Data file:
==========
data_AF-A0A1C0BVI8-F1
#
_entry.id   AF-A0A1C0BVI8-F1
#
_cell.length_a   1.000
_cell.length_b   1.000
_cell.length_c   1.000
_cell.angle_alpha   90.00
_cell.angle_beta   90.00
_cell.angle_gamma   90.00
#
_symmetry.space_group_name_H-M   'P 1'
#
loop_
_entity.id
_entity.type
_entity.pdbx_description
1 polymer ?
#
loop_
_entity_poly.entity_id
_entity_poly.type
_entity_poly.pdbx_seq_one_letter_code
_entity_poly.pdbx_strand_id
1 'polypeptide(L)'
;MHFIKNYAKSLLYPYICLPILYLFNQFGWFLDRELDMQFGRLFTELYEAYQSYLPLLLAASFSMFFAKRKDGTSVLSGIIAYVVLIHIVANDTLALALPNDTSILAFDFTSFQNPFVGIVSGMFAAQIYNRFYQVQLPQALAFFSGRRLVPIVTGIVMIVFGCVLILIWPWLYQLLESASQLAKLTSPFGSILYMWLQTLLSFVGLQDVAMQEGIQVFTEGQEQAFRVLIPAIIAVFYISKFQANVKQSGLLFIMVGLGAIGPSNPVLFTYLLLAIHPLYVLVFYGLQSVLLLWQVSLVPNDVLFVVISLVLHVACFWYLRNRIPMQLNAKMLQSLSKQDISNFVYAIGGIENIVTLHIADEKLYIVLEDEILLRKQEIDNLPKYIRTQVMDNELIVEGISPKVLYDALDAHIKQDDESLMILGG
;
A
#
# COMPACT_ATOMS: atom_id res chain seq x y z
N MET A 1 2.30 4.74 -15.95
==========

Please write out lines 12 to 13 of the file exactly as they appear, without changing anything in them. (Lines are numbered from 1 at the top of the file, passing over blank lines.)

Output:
_symmetry.space_group_name_H-M   'P 1'
#